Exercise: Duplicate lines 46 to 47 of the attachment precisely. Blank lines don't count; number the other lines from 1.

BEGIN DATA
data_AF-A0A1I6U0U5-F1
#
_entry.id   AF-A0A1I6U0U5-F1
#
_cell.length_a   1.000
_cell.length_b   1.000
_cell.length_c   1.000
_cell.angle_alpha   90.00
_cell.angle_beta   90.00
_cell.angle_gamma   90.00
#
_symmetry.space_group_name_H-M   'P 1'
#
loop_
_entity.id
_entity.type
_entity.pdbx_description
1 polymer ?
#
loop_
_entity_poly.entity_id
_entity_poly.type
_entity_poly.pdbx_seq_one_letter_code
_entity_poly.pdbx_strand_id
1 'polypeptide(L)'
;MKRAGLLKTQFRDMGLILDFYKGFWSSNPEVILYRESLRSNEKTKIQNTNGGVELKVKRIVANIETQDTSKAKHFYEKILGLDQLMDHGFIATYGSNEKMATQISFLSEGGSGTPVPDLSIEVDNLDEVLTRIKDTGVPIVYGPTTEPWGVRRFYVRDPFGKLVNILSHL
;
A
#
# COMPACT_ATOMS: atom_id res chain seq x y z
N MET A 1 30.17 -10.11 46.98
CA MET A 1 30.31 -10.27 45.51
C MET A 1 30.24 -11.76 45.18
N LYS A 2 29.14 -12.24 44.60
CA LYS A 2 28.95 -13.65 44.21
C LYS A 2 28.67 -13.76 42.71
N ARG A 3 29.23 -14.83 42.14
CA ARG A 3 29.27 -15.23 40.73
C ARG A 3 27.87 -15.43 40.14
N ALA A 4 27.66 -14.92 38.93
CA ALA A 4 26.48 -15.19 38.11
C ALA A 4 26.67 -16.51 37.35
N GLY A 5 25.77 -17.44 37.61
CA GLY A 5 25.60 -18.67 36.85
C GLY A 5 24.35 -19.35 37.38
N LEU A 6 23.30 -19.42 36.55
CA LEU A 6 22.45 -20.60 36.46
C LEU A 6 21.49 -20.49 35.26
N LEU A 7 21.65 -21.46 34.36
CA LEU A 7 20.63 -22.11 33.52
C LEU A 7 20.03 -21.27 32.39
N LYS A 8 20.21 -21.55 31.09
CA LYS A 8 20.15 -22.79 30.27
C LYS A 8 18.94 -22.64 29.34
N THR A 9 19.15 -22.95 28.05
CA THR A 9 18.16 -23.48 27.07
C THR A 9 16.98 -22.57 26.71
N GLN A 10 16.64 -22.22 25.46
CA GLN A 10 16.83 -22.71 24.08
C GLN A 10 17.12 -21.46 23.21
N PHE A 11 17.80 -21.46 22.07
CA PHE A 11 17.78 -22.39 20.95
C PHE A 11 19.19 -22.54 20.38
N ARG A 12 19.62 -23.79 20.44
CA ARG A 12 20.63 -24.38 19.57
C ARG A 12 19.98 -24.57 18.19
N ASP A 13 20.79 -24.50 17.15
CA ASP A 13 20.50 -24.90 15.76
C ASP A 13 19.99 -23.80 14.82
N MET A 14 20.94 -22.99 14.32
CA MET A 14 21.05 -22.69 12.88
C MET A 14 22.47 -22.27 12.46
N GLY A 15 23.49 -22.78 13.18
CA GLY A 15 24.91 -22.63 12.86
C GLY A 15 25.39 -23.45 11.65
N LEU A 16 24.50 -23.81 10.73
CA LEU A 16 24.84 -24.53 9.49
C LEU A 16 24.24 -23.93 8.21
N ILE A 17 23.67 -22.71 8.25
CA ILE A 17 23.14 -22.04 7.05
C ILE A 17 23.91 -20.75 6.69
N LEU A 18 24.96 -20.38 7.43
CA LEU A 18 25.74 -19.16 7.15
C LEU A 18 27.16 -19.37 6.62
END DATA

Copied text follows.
N LEU A 6 23.30 -19.42 36.55
CA LEU A 6 22.45 -20.60 36.46